And Belfer’s barbecue shows some promise but did have some issues on this day. The Creekstone brisket had a nice bark but had some issues with consistency and texture and could have used a little more trimming of the fat cap. Brandon eventually introduced himself and mentioned he was breaking in a new smoker. On top of that, for this cook he was delivered larger-than-expected briskets (16 pounds vs. his normal 12 pounders). I could tell those variables affected this particular cook but as I mentioned earlier, there is promise.

The St. Louis cut ribs were best part of the meal and had some real nice flavor, even if the ribs weren’t the meatiest. The smoked chicken was a solid option as well but probably could have benefitted from some direct heat to crisp up the skin (I’m assuming it was smoked on an offset like the rest of the meats but could be mistaken there). Beef ribs were a special, and while I didn’t order on this go round I’ll get to it eventually.

All of the sides were well made and showed off the culinary skill of Belfer; this day we got mac and cheese, potato salad, baked beans, and cole slaw. And to top off the meal, the banana pudding with some sort of caramelized crumble topping was awesome. I’ll be ordering that ‘naner pudding every time I come back.

Smoke Show BBQ is well worth keeping an eye on as a new player in the Charlotte barbecue scene, and I look forward to giving them another shot in a few months.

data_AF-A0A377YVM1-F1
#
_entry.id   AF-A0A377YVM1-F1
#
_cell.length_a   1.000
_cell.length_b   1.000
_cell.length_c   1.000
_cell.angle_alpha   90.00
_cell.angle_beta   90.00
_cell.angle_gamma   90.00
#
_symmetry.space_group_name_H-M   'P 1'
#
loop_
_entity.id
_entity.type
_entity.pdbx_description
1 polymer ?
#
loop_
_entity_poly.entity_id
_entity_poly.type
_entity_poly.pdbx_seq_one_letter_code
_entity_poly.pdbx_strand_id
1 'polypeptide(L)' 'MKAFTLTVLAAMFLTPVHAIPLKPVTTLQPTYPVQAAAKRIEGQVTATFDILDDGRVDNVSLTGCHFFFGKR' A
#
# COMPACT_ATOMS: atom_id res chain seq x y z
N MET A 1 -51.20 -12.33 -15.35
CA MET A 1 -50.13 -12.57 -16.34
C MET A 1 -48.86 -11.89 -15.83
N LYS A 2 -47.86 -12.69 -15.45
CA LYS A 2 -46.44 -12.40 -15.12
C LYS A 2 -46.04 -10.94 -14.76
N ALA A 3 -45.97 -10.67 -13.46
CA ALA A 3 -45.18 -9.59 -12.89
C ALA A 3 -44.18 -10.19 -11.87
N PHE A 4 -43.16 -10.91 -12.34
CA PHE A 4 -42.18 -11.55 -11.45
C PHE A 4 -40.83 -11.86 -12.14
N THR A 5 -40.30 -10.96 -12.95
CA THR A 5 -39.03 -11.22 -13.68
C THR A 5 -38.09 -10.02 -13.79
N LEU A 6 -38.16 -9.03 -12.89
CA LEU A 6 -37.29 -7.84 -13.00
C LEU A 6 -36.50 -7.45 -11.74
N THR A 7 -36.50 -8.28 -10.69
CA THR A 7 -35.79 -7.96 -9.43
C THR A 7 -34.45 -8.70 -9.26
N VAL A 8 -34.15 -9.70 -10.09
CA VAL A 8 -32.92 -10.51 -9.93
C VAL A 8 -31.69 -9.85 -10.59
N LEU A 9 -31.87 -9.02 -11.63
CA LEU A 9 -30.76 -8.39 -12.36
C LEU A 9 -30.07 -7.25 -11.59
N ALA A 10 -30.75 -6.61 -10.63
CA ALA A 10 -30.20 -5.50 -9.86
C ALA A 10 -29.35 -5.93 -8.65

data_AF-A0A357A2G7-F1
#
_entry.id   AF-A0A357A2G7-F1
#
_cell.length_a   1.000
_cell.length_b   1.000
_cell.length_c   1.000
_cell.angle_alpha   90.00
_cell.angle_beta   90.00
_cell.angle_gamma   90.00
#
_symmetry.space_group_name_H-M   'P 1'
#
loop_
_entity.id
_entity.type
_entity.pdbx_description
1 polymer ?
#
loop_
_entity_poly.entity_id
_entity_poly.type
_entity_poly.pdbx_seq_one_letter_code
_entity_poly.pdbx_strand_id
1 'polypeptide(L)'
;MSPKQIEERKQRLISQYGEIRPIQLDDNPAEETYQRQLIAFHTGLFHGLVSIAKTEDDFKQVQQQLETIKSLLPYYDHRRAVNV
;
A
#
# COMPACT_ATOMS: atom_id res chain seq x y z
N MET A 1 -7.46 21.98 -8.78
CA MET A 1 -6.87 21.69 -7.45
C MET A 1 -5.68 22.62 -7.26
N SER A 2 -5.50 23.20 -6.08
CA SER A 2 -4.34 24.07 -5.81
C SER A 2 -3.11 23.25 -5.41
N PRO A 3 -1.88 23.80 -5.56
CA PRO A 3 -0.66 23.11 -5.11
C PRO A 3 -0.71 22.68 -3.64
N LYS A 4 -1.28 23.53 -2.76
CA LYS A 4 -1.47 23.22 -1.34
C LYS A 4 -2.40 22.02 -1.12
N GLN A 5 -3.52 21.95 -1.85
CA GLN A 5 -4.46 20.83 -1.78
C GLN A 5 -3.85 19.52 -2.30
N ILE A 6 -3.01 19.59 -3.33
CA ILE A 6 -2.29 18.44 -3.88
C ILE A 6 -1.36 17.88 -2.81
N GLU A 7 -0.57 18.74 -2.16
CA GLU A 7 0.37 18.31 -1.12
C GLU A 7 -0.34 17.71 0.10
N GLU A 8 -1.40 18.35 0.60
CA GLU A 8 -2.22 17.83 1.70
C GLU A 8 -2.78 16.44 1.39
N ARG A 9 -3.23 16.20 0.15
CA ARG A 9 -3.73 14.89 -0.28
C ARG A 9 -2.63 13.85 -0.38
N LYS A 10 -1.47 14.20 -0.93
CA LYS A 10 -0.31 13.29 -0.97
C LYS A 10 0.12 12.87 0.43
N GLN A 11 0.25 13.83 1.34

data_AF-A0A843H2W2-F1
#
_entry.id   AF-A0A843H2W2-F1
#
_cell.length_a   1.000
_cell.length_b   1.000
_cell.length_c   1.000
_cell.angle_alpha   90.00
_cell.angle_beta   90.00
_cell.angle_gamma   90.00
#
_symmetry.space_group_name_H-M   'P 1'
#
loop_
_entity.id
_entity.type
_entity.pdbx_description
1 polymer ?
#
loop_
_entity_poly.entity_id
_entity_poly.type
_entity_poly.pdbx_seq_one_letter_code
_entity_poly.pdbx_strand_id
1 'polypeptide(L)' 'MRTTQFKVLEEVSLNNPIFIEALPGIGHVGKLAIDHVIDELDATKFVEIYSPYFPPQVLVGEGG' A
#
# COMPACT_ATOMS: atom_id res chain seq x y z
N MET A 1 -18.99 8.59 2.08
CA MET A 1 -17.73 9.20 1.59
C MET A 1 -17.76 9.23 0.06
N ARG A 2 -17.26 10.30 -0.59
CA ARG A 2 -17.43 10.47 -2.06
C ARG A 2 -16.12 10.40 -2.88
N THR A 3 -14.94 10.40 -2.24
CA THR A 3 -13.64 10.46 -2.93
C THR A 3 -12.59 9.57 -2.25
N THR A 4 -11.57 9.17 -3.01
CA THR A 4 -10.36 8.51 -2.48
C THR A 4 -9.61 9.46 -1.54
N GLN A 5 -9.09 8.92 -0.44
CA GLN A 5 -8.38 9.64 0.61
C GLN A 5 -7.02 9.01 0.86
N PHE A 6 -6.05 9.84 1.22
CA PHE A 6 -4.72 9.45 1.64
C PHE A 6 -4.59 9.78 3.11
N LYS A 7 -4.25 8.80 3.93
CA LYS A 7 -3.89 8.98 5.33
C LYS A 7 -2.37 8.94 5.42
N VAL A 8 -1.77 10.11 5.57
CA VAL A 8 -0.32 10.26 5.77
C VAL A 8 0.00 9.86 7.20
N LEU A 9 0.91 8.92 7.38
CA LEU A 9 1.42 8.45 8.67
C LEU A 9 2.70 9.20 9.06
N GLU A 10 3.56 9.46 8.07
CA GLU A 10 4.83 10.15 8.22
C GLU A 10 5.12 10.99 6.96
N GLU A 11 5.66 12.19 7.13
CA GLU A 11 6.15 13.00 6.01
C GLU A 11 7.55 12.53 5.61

Ratings:
Brisket – 3 hogs
Ribs – 3.5 hogs
Chicken – 3 hogs
Sides – 4 hogs
Overall – 3 hogs

Linkdown: 4/28/21

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Mr. Barbecue re-opened last month after two years of closure due to a fire, but thankfully owner Jimmy Carros never considered either a) closing or b) not rebuilding the wood-burning smoke pits. To quote him from the Eater story below:

“The thought never really entered my mind,” Carros said.

“The flavor that you get from the wood-burning pits is not easily matched,” he explained. “I’m not saying it’s impossible, but I’m not sure I can do it.”

As a classic NC barbecue fan and one who enjoyed his visit to Mr. Barbecue a few months before the fire, I heap the highest of praise to Carros for that thinking. And others appreciate it too, as Mr. Barbecue was recently recognized in the Eater’s Carolinas list of best restaurants in Winston-Salem.

Mr. Barbecue is currently open for drive-thru orders only.

Native News

Thank goodness Grady’s made it out of the pandemic; now I just need to get there

In what was (somewhat embarrassingly) one of the oldest barbecue restaurant’s in Charlotte, the Tyvola Rd. outpost of the Sonny’s BBQ chain closes this Friday

K&N BBQ makes Axios Charlotte’s list of best food trucks; and they recommend you try the pork and brisket

Picnic and Bullock’s Bar-B-Cue make Eater’s list for Durham

Adam Richman (of Man vs Food fame) visited Midwood Smokehouse last week

Non-Native News

Black Smoke is now out, and this in except from the book; the story of Marie Jean of Pine Bluff, AR and her role in barbecue history is uncovered

John Tanner’s Barbecue Page has a fascinating story about barbecue and the law in the landmark case of Katzenbach v. McClung and Ollie’s in Birmingham

Robert Sietsema releases his latest barbecue list for NYC for Eater

Sietsema’s also got the deets on where to get a Frito Pie in NYC, including Mable’s Smokehouse in Williamsburg

I’m seeing the house made sausage trend in NC more too

Congrats to Eliana Gutierrez for one year as a pitmaster at Valentina’s Tex Mex BBQ